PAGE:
Over the summer I helped run the social media for Grand Teton National Park. As part of that task, I constantly checked any and every teton-related hashtag for images for our accounts to feature. What I saw astounded me.
It can be hard for some to understand how just one person doing these things could possibly be a big deal. The problem is, its not just one person- its hundreds of people influencing thousands of people influencing millions of people.
I understand the frustration of some people that the National Parks just have too many rules and it’s impossible to follow them all. Trust me, I understand. I would love to camp at Schwabacher Landing and get that POV tent shot. I would love to be able to take dogs on a hike with me and photograph them at a backcountry lake and I would love to fly my drone and get aerial shots of the Tetons. But, I understand that the rules are there for a reason. They are there to make sure these gorgeous lands and the wildlife they hold are protected for our future. Personally I think some of these, like hopping fences and feeding wildlife, have no place anywhere. But others like flying drones, hiking with pets, and sparklers are awesome and should be encouraged. But not in our protected lands.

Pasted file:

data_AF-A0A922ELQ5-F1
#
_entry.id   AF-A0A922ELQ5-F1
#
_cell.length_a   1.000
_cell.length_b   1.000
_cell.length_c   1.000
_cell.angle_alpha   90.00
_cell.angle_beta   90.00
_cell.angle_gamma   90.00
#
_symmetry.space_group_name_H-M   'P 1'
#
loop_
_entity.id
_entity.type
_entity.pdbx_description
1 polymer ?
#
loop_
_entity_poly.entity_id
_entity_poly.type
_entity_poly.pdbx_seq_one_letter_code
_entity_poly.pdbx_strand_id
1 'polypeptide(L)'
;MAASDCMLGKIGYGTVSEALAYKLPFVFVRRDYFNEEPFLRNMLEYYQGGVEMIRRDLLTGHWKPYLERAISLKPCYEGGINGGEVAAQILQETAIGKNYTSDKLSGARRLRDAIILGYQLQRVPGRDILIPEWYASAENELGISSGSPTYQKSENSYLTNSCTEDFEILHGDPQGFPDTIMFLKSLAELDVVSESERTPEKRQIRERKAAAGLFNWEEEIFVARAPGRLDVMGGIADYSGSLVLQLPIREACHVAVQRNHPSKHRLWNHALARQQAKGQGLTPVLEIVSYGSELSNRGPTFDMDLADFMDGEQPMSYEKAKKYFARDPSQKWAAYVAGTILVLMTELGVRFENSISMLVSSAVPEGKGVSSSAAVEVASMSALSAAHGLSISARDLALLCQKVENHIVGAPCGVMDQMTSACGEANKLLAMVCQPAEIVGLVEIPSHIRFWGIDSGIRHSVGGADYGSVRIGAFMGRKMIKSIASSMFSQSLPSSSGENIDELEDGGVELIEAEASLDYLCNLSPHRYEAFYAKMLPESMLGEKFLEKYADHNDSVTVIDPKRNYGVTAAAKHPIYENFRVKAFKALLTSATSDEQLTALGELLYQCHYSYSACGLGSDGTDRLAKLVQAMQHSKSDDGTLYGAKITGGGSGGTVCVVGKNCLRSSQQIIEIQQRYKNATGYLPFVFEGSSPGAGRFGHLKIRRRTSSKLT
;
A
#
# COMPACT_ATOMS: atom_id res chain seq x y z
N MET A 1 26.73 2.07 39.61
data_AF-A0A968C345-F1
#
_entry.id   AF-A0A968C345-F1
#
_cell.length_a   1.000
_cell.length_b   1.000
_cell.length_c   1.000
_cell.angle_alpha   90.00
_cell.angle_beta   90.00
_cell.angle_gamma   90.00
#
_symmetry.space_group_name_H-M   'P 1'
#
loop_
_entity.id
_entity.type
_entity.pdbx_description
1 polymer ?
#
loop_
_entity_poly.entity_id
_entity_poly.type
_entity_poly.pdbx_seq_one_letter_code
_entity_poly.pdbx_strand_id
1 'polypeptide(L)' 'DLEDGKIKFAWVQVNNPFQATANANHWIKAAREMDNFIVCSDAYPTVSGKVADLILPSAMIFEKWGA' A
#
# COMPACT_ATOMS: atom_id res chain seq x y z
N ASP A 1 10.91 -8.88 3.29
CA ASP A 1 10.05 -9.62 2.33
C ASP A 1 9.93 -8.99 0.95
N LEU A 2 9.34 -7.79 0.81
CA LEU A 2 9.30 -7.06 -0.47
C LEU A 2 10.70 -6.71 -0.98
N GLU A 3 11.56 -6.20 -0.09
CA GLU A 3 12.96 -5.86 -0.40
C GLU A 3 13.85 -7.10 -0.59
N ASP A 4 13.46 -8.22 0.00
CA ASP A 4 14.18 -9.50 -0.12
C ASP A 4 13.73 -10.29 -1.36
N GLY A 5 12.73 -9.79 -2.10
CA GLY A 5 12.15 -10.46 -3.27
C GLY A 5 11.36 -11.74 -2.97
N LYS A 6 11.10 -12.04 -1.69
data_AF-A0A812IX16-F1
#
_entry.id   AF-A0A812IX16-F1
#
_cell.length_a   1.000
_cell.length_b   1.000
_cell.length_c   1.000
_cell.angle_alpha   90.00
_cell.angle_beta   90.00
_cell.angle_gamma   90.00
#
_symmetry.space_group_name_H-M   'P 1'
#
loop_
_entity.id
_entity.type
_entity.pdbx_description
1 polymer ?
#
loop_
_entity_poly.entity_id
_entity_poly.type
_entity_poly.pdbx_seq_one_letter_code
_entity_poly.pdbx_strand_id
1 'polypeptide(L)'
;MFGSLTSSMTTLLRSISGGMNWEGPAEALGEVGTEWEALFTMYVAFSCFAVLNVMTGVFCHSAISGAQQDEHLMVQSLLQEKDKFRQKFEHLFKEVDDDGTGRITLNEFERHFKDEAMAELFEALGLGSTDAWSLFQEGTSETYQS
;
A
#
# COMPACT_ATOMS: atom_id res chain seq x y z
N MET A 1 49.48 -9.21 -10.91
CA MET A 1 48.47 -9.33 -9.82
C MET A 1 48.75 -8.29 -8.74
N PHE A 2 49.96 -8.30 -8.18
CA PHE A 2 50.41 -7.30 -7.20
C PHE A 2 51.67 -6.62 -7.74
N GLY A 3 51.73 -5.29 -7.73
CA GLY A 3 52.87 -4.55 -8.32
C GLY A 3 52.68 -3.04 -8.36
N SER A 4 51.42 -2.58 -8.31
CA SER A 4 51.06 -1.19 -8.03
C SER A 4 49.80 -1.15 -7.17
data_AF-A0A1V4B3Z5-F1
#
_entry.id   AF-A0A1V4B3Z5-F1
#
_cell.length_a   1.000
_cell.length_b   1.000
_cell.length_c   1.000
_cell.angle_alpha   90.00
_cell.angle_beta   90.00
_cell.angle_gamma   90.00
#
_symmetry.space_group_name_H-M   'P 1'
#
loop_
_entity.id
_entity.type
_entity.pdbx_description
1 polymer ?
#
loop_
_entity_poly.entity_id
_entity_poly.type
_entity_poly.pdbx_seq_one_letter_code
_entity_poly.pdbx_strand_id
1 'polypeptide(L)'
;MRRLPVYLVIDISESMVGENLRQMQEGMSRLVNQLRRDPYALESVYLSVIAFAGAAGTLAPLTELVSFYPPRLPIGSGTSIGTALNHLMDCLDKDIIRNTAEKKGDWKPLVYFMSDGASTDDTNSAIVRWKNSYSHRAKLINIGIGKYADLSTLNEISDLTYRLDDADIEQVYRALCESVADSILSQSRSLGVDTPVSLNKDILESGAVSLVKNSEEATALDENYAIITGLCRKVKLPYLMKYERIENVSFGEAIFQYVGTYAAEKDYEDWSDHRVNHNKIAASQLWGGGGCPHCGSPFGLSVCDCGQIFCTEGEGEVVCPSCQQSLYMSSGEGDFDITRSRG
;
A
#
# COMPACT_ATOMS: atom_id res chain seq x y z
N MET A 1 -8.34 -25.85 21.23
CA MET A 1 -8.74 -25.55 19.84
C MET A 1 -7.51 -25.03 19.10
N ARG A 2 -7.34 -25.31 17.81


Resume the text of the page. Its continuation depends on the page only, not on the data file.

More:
So how do we combat this growing trend? As photographers, influencers, and the outdoor community, we can make the choice to respect the environment we capture, and to never take or post photos that encourage behavior otherwise. As followers, we can choose not to like photos and even comment on such posts letting them know we are not okay with that action. On top of that companies and hubs can make the choice not to feature these photos. With the National Park Service Centennial approaching in 2016, we need to act as a community and send the message that the National Parks are NOT the place for this behavior. It's up to us to make the change.
Written by Christina Adele Warburg/@christinaadelephoto with edits by Elisabeth Brentano/@elisabethontheroad